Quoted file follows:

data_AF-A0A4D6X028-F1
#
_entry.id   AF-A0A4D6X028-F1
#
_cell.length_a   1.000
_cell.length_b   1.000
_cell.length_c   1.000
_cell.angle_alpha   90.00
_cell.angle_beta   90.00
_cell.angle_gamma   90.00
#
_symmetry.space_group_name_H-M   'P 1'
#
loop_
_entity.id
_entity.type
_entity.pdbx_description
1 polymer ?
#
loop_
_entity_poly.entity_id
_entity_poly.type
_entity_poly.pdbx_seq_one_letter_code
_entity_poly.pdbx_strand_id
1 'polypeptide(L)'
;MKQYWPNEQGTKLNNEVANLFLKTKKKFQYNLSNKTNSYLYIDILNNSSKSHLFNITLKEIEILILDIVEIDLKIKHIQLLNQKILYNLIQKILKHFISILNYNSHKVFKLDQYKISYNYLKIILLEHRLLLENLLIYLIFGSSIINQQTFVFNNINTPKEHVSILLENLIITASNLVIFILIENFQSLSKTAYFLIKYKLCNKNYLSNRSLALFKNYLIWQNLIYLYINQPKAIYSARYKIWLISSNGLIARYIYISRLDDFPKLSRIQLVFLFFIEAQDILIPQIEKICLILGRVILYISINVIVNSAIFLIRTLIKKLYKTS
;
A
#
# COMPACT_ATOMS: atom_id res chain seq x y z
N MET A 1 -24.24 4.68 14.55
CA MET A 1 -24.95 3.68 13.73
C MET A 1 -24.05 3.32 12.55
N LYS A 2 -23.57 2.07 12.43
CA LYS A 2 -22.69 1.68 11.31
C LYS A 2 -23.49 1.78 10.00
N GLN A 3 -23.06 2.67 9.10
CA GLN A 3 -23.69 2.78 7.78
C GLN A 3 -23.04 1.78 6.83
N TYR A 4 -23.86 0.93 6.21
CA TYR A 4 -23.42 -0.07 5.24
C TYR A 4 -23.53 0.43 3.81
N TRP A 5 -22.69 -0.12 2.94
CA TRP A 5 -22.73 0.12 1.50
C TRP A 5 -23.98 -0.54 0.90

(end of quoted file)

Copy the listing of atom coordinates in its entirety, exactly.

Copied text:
data_AF-A0A4D6X028-F1
#
_entry.id   AF-A0A4D6X028-F1
#
_cell.length_a   1.000
_cell.length_b   1.000
_cell.length_c   1.000
_cell.angle_alpha   90.00
_cell.angle_beta   90.00
_cell.angle_gamma   90.00
#
_symmetry.space_group_name_H-M   'P 1'
#
loop_
_entity.id
_entity.type
_entity.pdbx_description
1 polymer ?
#
loop_
_entity_poly.entity_id
_entity_poly.type
_entity_poly.pdbx_seq_one_letter_code
_entity_poly.pdbx_strand_id
1 'polypeptide(L)'
;MKQYWPNEQGTKLNNEVANLFLKTKKKFQYNLSNKTNSYLYIDILNNSSKSHLFNITLKEIEILILDIVEIDLKIKHIQLLNQKILYNLIQKILKHFISILNYNSHKVFKLDQYKISYNYLKIILLEHRLLLENLLIYLIFGSSIINQQTFVFNNINTPKEHVSILLENLIITASNLVIFILIENFQSLSKTAYFLIKYKLCNKNYLSNRSLALFKNYLIWQNLIYLYINQPKAIYSARYKIWLISSNGLIARYIYISRLDDFPKLSRIQLVFLFFIEAQDILIPQIEKICLILGRVILYISINVIVNSAIFLIRTLIKKLYKTS
;
A
#
# COMPACT_ATOMS: atom_id res chain seq x y z
N MET A 1 -24.24 4.68 14.55
CA MET A 1 -24.95 3.68 13.73
C MET A 1 -24.05 3.32 12.55
N LYS A 2 -23.57 2.07 12.43
CA LYS A 2 -22.69 1.68 11.31
C LYS A 2 -23.49 1.78 10.00
N GLN A 3 -23.06 2.67 9.10
CA GLN A 3 -23.69 2.78 7.78
C GLN A 3 -23.04 1.78 6.83
N TYR A 4 -23.86 0.93 6.21
CA TYR A 4 -23.42 -0.07 5.24
C TYR A 4 -23.53 0.43 3.81
N TRP A 5 -22.69 -0.12 2.94
CA TRP A 5 -22.73 0.12 1.50
C TRP A 5 -23.98 -0.54 0.90